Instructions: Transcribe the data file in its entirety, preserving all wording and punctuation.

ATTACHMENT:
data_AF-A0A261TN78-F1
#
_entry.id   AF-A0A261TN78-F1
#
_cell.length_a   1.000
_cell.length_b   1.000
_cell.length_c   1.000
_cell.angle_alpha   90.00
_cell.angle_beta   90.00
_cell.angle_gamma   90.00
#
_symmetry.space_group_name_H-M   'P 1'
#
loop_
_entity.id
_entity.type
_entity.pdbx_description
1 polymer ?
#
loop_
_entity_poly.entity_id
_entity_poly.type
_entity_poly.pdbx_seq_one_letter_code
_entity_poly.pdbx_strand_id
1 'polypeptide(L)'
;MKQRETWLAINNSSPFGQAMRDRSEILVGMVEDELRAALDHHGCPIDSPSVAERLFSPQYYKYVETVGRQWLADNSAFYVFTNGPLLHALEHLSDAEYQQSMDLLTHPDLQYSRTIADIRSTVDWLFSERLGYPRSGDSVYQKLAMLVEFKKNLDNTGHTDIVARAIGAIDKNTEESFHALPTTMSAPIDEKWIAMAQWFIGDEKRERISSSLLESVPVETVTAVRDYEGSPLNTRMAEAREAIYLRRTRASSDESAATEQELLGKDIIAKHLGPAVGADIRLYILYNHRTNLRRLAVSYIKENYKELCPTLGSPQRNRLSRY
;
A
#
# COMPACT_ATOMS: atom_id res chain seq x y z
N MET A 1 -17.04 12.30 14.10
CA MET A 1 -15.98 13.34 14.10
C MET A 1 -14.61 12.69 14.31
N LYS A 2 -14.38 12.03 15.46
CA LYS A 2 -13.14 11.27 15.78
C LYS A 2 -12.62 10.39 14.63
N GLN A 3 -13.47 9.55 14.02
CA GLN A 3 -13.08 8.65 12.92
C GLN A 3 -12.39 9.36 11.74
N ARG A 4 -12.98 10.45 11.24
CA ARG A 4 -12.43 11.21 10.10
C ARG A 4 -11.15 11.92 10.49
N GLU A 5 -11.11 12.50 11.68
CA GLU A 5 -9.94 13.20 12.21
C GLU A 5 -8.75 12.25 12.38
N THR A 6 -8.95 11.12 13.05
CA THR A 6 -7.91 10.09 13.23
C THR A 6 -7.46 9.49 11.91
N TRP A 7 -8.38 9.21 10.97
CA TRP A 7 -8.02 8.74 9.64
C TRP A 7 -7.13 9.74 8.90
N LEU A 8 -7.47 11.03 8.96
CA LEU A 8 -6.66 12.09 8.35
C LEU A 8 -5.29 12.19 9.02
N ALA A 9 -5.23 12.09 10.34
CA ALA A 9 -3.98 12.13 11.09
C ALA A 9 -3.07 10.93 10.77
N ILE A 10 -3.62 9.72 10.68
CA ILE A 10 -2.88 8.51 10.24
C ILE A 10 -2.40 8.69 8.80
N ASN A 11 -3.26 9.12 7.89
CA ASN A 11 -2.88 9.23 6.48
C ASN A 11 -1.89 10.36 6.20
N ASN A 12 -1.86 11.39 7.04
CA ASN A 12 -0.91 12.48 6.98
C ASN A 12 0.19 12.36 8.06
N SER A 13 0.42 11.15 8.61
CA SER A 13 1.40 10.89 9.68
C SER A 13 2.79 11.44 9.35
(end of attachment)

data_AF-A0A261TN78-F1
#
_entry.id   AF-A0A261TN78-F1
#
_cell.length_a   1.000
_cell.length_b   1.000
_cell.length_c   1.000
_cell.angle_alpha   90.00
_cell.angle_beta   90.00
_cell.angle_gamma   90.00
#
_symmetry.space_group_name_H-M   'P 1'
#
loop_
_entity.id
_entity.type
_entity.pdbx_description
1 polymer ?
#
loop_
_entity_poly.entity_id
_entity_poly.type
_entity_poly.pdbx_seq_one_letter_code
_entity_poly.pdbx_strand_id
1 'polypeptide(L)'
;MKQRETWLAINNSSPFGQAMRDRSEILVGMVEDELRAALDHHGCPIDSPSVAERLFSPQYYKYVETVGRQWLADNSAFYVFTNGPLLHALEHLSDAEYQQSMDLLTHPDLQYSRTIADIRSTVDWLFSERLGYPRSGDSVYQKLAMLVEFKKNLDNTGHTDIVARAIGAIDKNTEESFHALPTTMSAPIDEKWIAMAQWFIGDEKRERISSSLLESVPVETVTAVRDYEGSPLNTRMAEAREAIYLRRTRASSDESAATEQELLGKDIIAKHLGPAVGADIRLYILYNHRTNLRRLAVSYIKENYKELCPTLGSPQRNRLSRY
;
A
#
# COMPACT_ATOMS: atom_id res chain seq x y z
N MET A 1 -17.04 12.30 14.10
CA MET A 1 -15.98 13.34 14.10
C MET A 1 -14.61 12.69 14.31
N LYS A 2 -14.38 12.03 15.46
CA LYS A 2 -13.14 11.27 15.78
C LYS A 2 -12.62 10.39 14.63
N GLN A 3 -13.47 9.55 14.02
CA GLN A 3 -13.08 8.65 12.92
C GLN A 3 -12.39 9.36 11.74
N ARG A 4 -12.98 10.45 11.24
CA ARG A 4 -12.43 11.21 10.10
C ARG A 4 -11.15 11.92 10.49
N GLU A 5 -11.11 12.50 11.68
CA GLU A 5 -9.94 13.20 12.21
C GLU A 5 -8.75 12.25 12.38
N THR A 6 -8.95 11.12 13.05
CA THR A 6 -7.91 10.09 13.23
C THR A 6 -7.46 9.49 11.91
N TRP A 7 -8.38 9.21 10.97
CA TRP A 7 -8.02 8.74 9.64
C TRP A 7 -7.13 9.74 8.90
N LEU A 8 -7.47 11.03 8.96
CA LEU A 8 -6.66 12.09 8.35
C LEU A 8 -5.29 12.19 9.02
N ALA A 9 -5.23 12.09 10.34
CA ALA A 9 -3.98 12.13 11.09
C ALA A 9 -3.07 10.93 10.77
N ILE A 10 -3.62 9.72 10.68
CA ILE A 10 -2.88 8.51 10.24
C ILE A 10 -2.40 8.69 8.80
N ASN A 11 -3.26 9.12 7.89
CA ASN A 11 -2.88 9.23 6.48
C ASN A 11 -1.89 10.36 6.20
N ASN A 12 -1.86 11.39 7.04
CA ASN A 12 -0.91 12.48 6.98
C ASN A 12 0.19 12.36 8.06
N SER A 13 0.42 11.15 8.61
CA SER A 13 1.40 10.89 9.68
C SER A 13 2.79 11.44 9.35